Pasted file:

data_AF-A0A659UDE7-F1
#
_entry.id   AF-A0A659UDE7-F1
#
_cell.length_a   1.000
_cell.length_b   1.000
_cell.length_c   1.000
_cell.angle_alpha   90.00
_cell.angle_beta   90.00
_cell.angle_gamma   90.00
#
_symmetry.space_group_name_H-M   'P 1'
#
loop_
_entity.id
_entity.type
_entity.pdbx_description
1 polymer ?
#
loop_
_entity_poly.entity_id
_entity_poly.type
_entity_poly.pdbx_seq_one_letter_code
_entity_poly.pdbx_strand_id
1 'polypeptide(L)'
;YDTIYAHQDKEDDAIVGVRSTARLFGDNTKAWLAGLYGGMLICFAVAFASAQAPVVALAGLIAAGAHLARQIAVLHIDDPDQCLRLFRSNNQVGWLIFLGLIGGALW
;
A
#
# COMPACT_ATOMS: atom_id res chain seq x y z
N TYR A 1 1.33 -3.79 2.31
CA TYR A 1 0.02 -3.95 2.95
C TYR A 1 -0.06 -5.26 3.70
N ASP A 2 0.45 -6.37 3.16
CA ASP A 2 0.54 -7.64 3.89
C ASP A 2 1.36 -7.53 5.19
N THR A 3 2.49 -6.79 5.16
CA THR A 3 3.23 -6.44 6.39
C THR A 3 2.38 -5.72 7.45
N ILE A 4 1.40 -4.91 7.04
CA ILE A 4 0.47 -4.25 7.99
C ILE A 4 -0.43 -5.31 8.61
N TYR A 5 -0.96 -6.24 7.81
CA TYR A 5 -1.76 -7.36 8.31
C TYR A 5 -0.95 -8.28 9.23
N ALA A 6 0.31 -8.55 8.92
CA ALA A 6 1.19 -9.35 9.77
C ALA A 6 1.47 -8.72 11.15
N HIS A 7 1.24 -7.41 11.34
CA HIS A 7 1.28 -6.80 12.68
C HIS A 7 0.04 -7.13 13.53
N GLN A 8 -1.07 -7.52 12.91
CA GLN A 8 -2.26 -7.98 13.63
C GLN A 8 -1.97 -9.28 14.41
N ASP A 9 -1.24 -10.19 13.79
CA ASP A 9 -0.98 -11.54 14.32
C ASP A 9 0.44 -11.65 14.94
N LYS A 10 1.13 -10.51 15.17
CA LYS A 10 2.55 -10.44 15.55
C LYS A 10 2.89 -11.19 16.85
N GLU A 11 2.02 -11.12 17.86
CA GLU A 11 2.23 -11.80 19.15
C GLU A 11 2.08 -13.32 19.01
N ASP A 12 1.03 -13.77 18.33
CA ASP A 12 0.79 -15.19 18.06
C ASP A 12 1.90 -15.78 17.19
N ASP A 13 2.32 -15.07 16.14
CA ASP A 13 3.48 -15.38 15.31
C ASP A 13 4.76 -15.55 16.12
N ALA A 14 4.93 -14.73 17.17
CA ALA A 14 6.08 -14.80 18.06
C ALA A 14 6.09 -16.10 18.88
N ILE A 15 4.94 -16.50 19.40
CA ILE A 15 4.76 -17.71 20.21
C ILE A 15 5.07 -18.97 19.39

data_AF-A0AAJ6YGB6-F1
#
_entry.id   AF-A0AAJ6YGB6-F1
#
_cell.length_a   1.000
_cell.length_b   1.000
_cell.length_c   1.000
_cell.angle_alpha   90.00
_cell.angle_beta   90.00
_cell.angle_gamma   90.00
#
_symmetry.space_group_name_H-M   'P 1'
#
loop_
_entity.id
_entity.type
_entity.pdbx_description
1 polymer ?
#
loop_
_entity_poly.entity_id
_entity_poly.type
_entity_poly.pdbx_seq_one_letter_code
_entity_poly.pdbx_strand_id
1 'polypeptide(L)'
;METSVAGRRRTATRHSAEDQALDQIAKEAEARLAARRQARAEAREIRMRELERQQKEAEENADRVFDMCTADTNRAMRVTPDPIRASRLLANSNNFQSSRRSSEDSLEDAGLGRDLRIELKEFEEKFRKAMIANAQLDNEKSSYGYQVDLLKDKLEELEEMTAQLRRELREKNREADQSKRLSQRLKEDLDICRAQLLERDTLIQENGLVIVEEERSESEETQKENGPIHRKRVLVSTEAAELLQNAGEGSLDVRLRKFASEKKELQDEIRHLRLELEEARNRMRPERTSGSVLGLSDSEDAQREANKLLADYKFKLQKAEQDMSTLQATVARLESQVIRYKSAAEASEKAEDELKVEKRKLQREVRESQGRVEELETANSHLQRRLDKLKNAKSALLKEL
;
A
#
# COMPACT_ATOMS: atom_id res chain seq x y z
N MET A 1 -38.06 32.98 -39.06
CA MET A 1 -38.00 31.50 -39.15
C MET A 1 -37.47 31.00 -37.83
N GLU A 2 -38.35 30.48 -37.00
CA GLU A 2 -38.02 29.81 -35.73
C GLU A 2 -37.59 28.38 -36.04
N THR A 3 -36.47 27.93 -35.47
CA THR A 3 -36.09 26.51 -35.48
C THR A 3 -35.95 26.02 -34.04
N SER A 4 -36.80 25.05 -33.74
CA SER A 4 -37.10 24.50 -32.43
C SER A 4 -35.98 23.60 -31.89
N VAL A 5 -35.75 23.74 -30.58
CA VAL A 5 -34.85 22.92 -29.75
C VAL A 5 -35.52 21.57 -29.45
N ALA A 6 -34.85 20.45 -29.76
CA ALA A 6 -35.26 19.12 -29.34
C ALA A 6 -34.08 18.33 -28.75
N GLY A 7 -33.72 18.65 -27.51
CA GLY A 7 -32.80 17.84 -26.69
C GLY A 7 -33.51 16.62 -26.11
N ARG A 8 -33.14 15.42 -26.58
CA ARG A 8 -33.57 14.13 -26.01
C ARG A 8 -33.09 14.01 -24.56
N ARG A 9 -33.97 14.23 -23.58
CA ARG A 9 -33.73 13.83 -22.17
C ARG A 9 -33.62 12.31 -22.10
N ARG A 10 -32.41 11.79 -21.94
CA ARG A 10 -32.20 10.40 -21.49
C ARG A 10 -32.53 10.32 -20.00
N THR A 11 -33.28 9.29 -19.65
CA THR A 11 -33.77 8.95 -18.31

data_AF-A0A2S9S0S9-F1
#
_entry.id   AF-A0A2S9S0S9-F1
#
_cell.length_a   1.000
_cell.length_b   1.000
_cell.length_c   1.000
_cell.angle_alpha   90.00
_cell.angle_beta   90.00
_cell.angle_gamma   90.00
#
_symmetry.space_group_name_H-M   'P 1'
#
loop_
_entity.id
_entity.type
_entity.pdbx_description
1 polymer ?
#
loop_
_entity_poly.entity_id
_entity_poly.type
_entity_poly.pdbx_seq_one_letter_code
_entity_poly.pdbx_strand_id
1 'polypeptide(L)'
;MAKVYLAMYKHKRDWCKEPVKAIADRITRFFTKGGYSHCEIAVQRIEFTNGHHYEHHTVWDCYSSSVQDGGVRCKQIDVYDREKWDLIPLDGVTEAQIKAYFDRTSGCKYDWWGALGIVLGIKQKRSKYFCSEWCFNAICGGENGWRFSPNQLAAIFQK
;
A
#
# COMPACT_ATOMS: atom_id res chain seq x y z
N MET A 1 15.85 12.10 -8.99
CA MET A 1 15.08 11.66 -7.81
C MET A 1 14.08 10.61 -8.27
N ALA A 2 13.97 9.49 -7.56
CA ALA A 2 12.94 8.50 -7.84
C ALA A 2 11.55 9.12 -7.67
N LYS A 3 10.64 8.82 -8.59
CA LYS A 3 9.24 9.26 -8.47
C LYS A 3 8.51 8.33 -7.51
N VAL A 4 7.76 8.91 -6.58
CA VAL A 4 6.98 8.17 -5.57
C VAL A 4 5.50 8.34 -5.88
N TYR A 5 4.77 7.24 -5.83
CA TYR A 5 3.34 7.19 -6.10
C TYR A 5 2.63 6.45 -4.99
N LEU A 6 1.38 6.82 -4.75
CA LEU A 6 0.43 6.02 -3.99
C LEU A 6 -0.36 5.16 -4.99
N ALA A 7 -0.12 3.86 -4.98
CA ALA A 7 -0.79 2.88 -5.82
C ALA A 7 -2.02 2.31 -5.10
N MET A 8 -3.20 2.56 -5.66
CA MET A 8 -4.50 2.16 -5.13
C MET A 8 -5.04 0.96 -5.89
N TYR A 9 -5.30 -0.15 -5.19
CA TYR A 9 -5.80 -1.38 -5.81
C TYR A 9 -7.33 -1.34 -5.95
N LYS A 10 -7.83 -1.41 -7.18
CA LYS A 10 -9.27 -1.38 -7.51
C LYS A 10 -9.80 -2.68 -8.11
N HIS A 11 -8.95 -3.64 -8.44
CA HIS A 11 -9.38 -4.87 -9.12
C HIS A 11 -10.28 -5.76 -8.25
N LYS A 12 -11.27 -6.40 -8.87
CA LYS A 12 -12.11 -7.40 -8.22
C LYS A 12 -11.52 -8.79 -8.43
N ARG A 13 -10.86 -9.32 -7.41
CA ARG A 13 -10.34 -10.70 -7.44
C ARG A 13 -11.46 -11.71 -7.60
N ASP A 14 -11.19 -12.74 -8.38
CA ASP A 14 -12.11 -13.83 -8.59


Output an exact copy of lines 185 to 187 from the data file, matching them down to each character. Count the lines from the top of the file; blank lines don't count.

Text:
C LEU A 6 -0.36 5.16 -4.99
N ALA A 7 -0.12 3.86 -4.98
CA ALA A 7 -0.79 2.88 -5.82